Among the other radical policies unveiled by Labour was another “200,000 jobs through the Future Jobs Fund, with a job or training place for young people who are out of work for six months … and anyone unemployed for more than two years guaranteed work, but no option of life on benefits”, and widescale constitutional reform, with commitments to referendums on “moving to the Alternative Vote for elections to the House of Commons and to a democratic and accountable Second Chamber”.
Regressives of the week
Tory PPC for Edmonton Andrew Charalambous and Liberal Democrat MP for Hornsey and Wood Green Lynne Featherstone, who sent out inaccurate, scaremongering leaflets in a vain attempt to win votes. The Charalambous leaflet was particularly sickening, depicting a machete specked with blood under the headline “Labour’s cuts” and the false claim that violent crime had risen 44% under Labour. The true figure, not that Charalambous or Chris Grayling would let the facts get in their way, is a 41% fall.
Featherstone’s leaflet also featured a ginormous shank and the headline “Labour’s cuts”, together with quotes from Chris Huhne and Nick Clegg, and some Daily Mail-esque hyping up of crime – completely at odds with the liberals’ national message that politicians should not posture on knife crime sentences.
Lack of evidence of the week
David Cameron’s repeated use of selective and thoroughly misleading statistics on cancer death rates, which Left Foot Forward alone has twice this week called him out on. The Tory manifesto (page 44) presented a snapshot showing Britain had the worst cancer death rate (178 deaths per 100,000) of a biased selection – making no mention of the European average, nor the long term trends. Under-65s male and female premature mortality from cancer in England has decreased steadily since Labour came to power, well below the EU average for men and just above it for women.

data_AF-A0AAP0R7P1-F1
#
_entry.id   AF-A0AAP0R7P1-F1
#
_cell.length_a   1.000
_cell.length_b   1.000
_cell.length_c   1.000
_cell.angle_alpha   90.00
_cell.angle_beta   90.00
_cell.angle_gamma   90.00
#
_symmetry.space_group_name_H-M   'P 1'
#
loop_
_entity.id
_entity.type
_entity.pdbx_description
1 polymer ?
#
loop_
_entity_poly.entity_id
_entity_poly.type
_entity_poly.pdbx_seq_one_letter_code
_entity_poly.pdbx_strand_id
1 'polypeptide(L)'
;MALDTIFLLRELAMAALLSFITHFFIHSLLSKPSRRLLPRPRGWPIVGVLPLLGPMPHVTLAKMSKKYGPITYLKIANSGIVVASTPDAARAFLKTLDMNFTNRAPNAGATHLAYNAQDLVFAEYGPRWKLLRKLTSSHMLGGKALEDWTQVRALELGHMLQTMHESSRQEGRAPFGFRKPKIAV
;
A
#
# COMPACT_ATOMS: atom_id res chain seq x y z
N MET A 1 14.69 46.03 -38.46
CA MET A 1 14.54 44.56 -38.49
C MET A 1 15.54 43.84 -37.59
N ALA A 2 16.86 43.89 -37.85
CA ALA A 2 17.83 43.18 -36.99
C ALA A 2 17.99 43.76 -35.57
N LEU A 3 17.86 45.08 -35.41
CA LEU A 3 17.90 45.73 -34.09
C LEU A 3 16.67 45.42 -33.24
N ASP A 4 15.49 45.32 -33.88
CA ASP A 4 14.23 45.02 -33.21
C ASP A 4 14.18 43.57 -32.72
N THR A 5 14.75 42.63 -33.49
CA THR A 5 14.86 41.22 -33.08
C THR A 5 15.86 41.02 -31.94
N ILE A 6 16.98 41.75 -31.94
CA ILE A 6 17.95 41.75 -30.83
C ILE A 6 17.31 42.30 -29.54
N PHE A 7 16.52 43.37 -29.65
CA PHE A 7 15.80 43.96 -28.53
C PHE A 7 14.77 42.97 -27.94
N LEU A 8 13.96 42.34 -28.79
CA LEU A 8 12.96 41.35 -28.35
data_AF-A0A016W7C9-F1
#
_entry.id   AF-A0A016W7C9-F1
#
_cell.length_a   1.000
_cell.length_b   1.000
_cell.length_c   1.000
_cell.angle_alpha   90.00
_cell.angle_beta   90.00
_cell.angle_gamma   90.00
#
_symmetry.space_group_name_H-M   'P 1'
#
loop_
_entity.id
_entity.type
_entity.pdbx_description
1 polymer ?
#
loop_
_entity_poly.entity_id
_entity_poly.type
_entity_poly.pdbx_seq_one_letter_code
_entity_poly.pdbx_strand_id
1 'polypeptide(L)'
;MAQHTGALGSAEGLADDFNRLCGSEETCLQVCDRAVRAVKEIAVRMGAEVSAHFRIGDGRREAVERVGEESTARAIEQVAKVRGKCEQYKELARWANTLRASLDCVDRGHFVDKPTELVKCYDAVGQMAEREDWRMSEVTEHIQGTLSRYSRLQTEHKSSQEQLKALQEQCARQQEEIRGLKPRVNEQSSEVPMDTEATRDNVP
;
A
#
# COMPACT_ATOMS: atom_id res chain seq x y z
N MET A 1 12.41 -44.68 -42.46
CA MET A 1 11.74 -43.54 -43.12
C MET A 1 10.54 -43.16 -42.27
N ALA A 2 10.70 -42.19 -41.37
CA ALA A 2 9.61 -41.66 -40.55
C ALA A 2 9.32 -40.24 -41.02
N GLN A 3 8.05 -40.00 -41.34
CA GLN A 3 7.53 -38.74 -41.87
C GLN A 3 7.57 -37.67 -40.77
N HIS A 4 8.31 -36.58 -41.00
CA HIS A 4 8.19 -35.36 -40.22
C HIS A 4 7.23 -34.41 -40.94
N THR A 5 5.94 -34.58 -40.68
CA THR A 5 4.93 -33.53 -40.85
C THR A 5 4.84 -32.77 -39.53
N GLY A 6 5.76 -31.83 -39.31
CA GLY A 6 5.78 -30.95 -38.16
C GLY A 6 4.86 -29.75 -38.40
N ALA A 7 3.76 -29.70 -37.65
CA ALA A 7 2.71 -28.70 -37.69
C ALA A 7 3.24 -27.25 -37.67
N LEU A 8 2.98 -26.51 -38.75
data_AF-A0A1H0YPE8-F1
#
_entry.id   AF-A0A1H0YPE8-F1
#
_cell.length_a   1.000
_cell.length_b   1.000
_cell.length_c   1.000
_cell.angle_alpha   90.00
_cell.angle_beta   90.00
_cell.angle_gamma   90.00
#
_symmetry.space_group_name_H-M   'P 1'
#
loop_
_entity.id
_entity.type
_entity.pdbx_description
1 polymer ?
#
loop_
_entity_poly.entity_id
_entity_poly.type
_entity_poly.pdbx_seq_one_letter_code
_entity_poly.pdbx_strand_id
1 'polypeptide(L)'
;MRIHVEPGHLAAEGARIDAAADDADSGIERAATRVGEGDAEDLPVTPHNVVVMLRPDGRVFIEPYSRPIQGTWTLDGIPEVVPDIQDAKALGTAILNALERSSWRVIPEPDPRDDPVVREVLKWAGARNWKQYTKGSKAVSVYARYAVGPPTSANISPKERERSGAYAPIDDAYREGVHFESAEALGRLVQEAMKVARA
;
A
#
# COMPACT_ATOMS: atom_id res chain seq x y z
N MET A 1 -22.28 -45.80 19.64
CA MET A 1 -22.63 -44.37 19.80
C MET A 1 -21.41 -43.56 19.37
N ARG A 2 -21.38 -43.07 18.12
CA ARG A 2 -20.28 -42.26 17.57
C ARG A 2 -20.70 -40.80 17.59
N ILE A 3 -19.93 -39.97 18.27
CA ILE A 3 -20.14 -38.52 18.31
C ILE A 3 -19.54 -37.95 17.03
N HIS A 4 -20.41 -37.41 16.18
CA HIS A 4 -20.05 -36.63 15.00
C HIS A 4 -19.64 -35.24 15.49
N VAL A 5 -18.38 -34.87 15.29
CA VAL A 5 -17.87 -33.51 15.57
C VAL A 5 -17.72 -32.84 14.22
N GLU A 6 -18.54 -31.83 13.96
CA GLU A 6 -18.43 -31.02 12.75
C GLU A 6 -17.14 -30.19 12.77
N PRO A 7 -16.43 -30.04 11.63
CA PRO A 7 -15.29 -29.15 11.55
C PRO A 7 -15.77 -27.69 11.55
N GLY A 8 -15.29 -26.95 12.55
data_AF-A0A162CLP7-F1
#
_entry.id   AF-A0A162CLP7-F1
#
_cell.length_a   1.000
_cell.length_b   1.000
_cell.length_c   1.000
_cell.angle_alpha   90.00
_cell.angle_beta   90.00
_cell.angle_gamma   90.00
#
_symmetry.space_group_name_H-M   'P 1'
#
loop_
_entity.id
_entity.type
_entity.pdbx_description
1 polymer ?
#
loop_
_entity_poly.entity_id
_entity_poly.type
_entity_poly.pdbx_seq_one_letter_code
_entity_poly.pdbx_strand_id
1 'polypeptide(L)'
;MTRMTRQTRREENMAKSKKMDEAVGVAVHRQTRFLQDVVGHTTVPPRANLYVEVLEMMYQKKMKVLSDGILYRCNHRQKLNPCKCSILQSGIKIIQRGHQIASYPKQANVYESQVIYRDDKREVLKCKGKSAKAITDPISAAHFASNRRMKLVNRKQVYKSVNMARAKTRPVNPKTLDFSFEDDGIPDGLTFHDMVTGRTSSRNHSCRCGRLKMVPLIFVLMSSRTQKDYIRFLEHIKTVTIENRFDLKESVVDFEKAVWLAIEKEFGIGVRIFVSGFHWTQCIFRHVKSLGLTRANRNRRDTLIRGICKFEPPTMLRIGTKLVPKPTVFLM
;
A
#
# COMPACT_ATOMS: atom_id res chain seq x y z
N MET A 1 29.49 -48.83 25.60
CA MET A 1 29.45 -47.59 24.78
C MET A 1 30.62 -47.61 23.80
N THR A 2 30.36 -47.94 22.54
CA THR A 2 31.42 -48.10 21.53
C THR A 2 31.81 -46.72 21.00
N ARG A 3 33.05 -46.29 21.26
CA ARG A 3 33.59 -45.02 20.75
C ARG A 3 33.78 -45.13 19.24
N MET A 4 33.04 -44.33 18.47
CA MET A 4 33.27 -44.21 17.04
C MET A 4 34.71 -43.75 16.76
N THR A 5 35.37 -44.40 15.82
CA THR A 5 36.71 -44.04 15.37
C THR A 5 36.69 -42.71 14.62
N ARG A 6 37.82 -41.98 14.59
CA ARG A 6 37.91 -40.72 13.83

Last night, Cameron was at it again, saying “our death rate from cancer is actually worse than Bulgaria’s”. Full Fact, the independent fact-checking website, asked: “Is this the best measure of the quality of cancer care under the NHS? … A more generally acknowledged measure of cancer care quality is the survival rate amongst those contracting the disease.” As Left Foot forward points out, “survival for women with breast cancer increased from 82.0 per cent to 83.3 per cent while survival for men with prostate cancer rose from 77.0 per cent to 79.7 per cent.”
Conor Pope’s Blog The Week
This week, Conor takes Nick Clegg to task over his lack of knowledge about the distance between Blackburn and Burnley, praises Bevanite Ellie for stretching her manifesto speech to more than 140 characters and contemplates voting Tory following Gary Barlow’s endorsement…
What’s trending on Twitter
As reported earlier today, according to our friends at Tweetminster (and this will come as no surprise to anyone) the number one topic on Twitter this week was last night’s debate, the spine-tingling anticipation before, the instant flurry of reaction during the debate and the more considered reaction the morning after.
To recap, there were a total of 184,396 tweets from 36,483 tweeters at an average frequency of 29.06 tweets per second and a peak of 41.05 tweets/second – with sentiment scores of Clegg 3.631, Cameron 3.033 and Brown 3.006.
Here is a selection of tweets about last night’s historic debate: